Much is discussed about Digital Identification, and the need to protect one’s Digital ID.  Crypto Exchanges use Digital ID security measures as marketing tools versus their competition.  But maybe they should be worried about losing their own identities.

I have stated a few times that the industry of crypto exchanges is following a similar trajectory to the FX brokerage industry of the last 15 years; its just happening at crypto-speed.  And once again, it’s like I am seeing a remake of a movie to which I saw the original. 

This time the specific nuance is that of front-end aggregation platforms.  There are a growing number of firms that are making front-end trading platforms (UnionExchange, MasterDax, Terminal.Global, etc) that can hook into all of your exchange accounts (Binance, Kraken, Bitfinex, etc) and then show you aggregated liquidity, propose real-time arbitrage opportunities, or expose different volume depths.  The exchange operators so far seem not to care because as they see it, they are still holding and monetizing client assets and getting the trading volume.  They do not care if it is going through an intermediary platform.  At the end of the day it is the trader paying the extra fees to the intermediaries.  But the exchanges do not see the insidious long-term plan of these aggregation platforms.

The dominant platform in the retail FX/CFD world is the MT4 platform from a Cypriot company named, MetaQuotes.  The MT4 platform rose to dominance once it was offered by a few of the largest global brokerage firms starting in 2007.  The MT4 platform is just now giving way to the MT5 platform, but it is widely accepted in the industry MT4/MT5 sees 85% of retail order flow for FX/CFD’s.  Similar to the current situation for exchange operators, MetaQuotes did not initially see the problem of third party application front end providers on the MT4 platform.  Starting in the late 2000’s a number of application providers to the FX industry recognized MetaQuotes’ MT4 dominance and decided to integrate their front end platforms into the MT4 Manager platform (think “matching engine” in exchange terminology).  For a while, all was well.  These third-party applications were bringing in new traders to the FX world and volumes were improving so MetaQuotes did not mind.  But when a few of the third-party applications decided to create their own back-end platform and replace the MT4 platform completely, MetaQuotes realized they had allowed these aggregation-platform intermediaries to gain a stronghold over the traders.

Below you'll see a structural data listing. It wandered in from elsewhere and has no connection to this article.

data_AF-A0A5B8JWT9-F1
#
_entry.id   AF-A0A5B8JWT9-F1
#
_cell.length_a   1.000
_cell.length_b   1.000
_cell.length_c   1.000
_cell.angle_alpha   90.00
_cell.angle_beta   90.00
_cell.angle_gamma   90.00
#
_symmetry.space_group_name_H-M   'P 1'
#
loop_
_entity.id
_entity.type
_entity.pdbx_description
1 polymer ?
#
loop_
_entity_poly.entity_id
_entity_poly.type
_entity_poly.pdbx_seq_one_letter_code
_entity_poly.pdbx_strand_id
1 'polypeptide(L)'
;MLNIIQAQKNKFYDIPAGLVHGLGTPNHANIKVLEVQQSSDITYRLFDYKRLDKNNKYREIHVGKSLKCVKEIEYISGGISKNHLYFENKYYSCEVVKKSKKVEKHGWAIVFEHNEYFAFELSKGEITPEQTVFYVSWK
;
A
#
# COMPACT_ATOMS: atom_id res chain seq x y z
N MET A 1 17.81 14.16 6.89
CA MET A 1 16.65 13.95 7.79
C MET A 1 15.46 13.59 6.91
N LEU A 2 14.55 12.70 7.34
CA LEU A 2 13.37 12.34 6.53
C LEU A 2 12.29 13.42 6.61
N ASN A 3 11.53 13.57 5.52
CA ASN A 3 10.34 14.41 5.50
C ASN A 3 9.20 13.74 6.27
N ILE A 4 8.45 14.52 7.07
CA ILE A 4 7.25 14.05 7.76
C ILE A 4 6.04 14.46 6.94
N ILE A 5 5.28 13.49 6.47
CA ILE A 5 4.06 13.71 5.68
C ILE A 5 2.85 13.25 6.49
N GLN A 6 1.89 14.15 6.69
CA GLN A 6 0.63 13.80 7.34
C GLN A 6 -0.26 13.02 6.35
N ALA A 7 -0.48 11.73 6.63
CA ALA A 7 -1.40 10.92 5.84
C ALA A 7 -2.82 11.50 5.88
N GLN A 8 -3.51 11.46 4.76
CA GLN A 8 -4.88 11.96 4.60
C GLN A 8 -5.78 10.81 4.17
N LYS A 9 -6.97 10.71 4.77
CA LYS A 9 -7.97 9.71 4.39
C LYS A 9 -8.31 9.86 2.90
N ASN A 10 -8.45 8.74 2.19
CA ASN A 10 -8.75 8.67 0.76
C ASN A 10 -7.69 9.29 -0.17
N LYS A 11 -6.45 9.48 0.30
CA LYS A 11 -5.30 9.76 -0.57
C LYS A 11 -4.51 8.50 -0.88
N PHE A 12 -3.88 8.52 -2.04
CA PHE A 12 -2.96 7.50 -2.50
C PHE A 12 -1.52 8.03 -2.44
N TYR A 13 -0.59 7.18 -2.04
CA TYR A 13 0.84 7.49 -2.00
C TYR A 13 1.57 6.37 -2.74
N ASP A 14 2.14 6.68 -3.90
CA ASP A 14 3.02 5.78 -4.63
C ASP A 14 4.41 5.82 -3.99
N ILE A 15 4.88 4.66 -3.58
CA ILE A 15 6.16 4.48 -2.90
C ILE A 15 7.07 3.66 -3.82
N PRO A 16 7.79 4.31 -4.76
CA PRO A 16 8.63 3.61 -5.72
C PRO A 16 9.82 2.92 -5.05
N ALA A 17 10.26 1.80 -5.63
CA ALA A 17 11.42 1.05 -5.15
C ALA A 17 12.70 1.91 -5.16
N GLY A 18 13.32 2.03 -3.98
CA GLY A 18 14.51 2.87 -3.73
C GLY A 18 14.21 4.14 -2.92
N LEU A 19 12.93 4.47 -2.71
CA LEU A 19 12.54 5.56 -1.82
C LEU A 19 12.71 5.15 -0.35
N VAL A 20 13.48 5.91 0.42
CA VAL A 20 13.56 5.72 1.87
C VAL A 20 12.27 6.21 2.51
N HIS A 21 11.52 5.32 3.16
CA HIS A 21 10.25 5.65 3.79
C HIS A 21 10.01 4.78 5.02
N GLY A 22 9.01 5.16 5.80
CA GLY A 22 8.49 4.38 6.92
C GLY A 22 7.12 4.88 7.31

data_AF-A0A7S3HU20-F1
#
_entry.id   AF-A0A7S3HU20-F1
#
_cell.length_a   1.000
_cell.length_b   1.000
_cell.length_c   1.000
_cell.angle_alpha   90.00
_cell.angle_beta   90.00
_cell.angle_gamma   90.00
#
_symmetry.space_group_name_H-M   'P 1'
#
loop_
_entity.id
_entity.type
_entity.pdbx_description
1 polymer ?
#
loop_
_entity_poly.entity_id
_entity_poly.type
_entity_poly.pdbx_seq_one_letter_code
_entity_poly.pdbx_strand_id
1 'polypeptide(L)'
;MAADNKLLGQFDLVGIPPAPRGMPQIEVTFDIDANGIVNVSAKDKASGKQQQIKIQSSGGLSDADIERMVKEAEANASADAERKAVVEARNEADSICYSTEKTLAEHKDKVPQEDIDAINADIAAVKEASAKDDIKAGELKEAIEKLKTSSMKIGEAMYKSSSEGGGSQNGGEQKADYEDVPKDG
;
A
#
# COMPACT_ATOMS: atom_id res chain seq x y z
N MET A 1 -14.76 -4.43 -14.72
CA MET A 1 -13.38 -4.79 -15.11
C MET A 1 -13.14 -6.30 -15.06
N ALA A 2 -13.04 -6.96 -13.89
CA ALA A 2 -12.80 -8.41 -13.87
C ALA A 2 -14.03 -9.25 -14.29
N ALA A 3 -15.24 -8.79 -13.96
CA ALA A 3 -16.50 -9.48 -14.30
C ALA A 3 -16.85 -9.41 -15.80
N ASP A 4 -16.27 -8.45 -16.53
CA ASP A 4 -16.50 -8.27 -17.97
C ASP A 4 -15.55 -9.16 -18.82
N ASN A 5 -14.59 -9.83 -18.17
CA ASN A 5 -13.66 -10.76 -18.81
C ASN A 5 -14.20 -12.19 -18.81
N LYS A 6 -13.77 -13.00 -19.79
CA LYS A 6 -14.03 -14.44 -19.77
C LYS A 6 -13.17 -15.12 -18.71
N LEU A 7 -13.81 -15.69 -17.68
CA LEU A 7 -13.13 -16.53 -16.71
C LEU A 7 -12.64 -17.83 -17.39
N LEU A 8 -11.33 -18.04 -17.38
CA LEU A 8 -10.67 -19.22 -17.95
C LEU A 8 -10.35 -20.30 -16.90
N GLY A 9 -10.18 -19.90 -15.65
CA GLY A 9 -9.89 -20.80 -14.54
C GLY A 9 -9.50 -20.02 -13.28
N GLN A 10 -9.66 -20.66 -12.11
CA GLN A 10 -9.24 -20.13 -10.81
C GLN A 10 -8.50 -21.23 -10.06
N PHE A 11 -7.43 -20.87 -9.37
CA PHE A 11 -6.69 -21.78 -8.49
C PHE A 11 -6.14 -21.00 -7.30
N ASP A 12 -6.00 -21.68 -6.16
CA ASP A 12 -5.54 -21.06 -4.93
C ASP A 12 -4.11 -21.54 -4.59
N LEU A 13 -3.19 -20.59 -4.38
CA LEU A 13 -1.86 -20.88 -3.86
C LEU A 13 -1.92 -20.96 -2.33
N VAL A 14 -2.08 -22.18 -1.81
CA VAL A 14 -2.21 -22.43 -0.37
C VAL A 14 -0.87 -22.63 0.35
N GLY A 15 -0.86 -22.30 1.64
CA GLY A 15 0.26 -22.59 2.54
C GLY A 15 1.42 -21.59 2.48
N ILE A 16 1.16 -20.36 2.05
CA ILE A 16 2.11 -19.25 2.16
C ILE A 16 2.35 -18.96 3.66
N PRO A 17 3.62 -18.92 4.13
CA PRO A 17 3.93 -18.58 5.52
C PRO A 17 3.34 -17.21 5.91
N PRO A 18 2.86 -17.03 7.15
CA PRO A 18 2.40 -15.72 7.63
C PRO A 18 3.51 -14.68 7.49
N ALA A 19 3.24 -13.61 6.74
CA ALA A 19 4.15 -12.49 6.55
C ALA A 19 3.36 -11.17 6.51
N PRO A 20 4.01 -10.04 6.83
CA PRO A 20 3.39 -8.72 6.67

Retail traders do not know, understand or care about what happens on the back end.  They did not even understand the terminology of the back end of a trading platform; Matching engine? Latency? API? A-Book?  B-Book?  Retail traders want a simple interface with their trading platform, and once they learn how to use one interface they do not want to change.  This was the lesson learned from the large brokers’ failed attempts to transfer their MT4-born clients to proprietary platforms.  Retail traders just knew the front end they liked and were used to.  When the aggregation-platform intermediaries decided to build/buy their own matching engines, Metaquotes lost the order flow. 

To their credit MetaQuotes acted decisively when they realized their vulnerability.  They terminated agreements with certain third-party providers and even sued one or two in court with a lot of publicity.  In the end, MetaQuotes shut down all their front-end “partners” so that traders once again would only see and use the MT4 front end platform which has allowed MetaQuotes’ dominance to continue to this day. 

I expect the large crypto exchange operators will soon see the same thing happening to them.  At first they will not mind these aggregation platforms as some of the downstream providers’ features will add volume to the exchanges.  But as soon as one of these aggregators decides to become an exchange unto themselves and cuts the existing exchanges out of the value chain, these giants will wake up and act to take back their traders.

Steve Leahy, Managing Director, ntrd

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